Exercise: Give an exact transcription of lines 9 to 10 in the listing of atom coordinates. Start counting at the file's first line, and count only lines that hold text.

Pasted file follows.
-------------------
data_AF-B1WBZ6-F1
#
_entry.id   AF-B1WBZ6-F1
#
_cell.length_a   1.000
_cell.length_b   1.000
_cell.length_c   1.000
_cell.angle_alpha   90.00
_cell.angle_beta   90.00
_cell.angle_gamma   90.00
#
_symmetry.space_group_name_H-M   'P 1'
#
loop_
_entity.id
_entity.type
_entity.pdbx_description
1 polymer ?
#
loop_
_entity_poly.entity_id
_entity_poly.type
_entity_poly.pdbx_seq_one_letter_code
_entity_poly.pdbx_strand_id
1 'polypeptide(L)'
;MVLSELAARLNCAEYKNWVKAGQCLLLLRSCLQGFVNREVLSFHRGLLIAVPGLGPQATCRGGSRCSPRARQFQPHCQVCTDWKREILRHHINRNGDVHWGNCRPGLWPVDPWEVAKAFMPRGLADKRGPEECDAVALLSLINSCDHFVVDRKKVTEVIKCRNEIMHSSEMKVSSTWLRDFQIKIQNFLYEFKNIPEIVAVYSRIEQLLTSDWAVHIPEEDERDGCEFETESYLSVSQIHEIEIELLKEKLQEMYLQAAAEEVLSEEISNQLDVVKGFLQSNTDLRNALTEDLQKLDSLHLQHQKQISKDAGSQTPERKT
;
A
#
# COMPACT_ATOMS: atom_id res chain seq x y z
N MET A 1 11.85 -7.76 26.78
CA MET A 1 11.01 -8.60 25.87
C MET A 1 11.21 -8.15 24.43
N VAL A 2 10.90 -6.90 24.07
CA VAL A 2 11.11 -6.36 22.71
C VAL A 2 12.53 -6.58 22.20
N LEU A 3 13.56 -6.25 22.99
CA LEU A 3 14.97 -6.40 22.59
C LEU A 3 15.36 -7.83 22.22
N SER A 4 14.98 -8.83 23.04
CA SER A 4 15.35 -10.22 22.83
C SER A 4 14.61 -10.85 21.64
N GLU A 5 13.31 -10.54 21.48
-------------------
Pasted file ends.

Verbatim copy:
_cell.angle_beta   90.00
_cell.angle_gamma   90.00